While another nasty variant may arise, it seems that B.1.617.2 is relatively stable, or is squeezing out other variants as they may occur.  Considering that most of the vaccines weren't optimized against B.1.617.2, and yet they do a pretty good job of reducing hospitalizations for it, I am hopeful that some vaccine-escaping deadly variant is unlikely to emerge.

I'd guess the reason Florida & Hawaii & Puerto Rico have more Other infections is the frequency of foreign visitors, arriving from other countries with less effective vaccination.

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  Alameda County inpatients
Posted by: akiddoc - 10-13-2021, 12:37 AM - Forum: COVID-19 - Replies (1)

The public health hospitals for Alameda County are now down to 5 inpatients with Covid. 81 percent of eligible (12 and up) individuals are fully vaccinated in the county. Oakland Unified School District voted to make the vaccine mandatory for 12 and up. That likely takes effect on January 1. I still see the odd child with Covid. Mostly among preschoolers right now. One of the mothers in my practice died of Covid in August.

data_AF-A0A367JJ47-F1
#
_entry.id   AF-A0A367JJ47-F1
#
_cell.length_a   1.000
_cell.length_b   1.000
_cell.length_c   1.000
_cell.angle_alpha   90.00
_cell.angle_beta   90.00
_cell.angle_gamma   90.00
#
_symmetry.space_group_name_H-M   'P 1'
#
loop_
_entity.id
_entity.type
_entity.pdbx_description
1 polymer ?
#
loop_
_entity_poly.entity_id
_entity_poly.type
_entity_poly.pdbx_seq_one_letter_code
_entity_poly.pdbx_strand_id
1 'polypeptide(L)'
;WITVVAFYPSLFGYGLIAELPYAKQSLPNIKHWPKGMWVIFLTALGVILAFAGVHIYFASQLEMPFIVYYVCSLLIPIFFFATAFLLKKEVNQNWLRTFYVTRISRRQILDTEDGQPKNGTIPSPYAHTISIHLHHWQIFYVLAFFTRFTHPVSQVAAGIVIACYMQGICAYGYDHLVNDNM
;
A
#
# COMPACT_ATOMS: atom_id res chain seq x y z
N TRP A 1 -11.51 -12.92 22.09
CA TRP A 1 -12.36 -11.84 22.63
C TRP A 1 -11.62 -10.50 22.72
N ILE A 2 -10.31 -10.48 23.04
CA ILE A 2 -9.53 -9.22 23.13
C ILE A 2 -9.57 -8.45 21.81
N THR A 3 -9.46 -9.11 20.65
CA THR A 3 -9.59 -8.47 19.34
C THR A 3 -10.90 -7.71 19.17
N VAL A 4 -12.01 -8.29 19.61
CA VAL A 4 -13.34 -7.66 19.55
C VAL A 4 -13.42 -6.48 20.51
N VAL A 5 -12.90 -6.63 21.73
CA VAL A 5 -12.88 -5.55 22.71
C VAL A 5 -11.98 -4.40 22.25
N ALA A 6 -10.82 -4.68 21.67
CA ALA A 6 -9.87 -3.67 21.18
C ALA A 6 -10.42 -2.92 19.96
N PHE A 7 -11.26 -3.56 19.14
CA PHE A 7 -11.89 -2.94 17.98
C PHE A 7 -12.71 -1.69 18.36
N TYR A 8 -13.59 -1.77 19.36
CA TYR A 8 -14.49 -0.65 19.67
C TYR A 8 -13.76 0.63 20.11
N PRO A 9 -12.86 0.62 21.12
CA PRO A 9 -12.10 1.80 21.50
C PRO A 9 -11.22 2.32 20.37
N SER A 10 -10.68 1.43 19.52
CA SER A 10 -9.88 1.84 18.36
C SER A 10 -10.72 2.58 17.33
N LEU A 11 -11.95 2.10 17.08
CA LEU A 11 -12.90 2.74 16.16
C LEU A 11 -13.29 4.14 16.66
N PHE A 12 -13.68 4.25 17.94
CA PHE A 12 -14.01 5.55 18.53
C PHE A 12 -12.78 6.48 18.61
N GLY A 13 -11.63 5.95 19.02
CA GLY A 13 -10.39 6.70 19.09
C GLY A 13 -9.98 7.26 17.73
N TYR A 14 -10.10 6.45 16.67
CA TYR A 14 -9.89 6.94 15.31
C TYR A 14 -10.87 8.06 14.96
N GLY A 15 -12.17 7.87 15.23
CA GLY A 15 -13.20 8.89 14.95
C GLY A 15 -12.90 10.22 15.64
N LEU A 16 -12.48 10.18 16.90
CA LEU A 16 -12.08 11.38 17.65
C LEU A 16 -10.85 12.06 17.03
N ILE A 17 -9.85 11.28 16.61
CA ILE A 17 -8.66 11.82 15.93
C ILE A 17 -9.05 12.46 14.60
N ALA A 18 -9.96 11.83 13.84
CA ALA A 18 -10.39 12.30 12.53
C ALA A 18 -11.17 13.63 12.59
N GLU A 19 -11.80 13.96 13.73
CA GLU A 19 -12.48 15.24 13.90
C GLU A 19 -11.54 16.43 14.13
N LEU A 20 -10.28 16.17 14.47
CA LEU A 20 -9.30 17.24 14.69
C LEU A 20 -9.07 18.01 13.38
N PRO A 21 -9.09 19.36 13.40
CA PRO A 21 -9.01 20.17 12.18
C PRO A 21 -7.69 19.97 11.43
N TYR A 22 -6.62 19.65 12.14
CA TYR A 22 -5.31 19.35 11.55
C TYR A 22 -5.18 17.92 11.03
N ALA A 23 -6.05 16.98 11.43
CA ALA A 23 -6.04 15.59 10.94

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  Census bureau survey
Posted by: M_T - 10-01-2021, 12:26 AM - Forum: COVID-19 - Replies (1)

I received a text today (allegedly & actually) from the  US Census Bureau, with a link to a survey at covid.census.gov.  After validating that everything looked legit, I took the approximately 20 minute survey.

See about the survey at
  https://www.census.gov/data/experimental...urvey.html

They wanted to know everything about you, except your name.
Age, gender, address, income, race, email (because I said to use email vs text), education, household size, sexual orientation,  gender identity, etc. (not religion or politics)
I almost aborted the survey.

Most of the COVID related questions were short term (last week or two).  I guess there was one where they ask if a health professional has told you you had COVID.  They didn't ask how many times you were infected, whether it was mild or critical, how many times you've been tested.  (They did ask 0, 1, or all vaccinations, but not what kind.)  Instead they asked more about financial & emotional negatives (did you have trouble making payments;  were you feeling stressed, etc.)

Judging from what the news covers,  I'm sure I'm an outlier.  But even outliers should do the surveys.


What I feel about surveys like this is that they are pre-selected by someone who wants to make an issue of what the survey measures.  If a survey is done about whether people are a vegetarian or not, that becomes an issue du jour, even if, say, the weather is the biggest influence on the country at the time.